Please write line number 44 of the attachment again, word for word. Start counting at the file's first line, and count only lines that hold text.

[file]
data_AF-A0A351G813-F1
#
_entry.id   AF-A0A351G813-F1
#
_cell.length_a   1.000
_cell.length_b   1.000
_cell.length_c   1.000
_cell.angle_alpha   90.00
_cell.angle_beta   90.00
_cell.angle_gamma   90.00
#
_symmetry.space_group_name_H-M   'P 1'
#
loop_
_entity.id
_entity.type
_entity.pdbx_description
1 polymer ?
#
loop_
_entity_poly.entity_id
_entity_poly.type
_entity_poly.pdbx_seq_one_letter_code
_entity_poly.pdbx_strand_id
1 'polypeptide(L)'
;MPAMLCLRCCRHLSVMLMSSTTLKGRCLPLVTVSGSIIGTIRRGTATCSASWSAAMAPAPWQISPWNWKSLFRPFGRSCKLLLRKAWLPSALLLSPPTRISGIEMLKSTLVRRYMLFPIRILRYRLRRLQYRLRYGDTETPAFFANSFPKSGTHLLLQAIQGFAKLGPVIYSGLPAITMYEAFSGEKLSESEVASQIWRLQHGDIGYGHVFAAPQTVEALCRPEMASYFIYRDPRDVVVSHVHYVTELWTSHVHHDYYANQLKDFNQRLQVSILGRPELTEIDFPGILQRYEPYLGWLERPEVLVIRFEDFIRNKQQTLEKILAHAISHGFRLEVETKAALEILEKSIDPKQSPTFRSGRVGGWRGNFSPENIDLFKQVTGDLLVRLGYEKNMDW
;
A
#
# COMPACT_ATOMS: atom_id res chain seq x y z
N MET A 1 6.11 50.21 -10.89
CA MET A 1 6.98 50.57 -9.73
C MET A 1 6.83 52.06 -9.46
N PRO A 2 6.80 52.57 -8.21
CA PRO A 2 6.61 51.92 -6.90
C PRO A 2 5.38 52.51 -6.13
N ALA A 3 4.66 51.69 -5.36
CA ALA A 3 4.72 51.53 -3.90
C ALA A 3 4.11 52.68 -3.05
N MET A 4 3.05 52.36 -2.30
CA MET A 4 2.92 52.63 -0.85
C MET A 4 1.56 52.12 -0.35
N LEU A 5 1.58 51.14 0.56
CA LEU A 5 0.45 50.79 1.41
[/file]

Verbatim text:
CA LEU A 5 0.45 50.79 1.41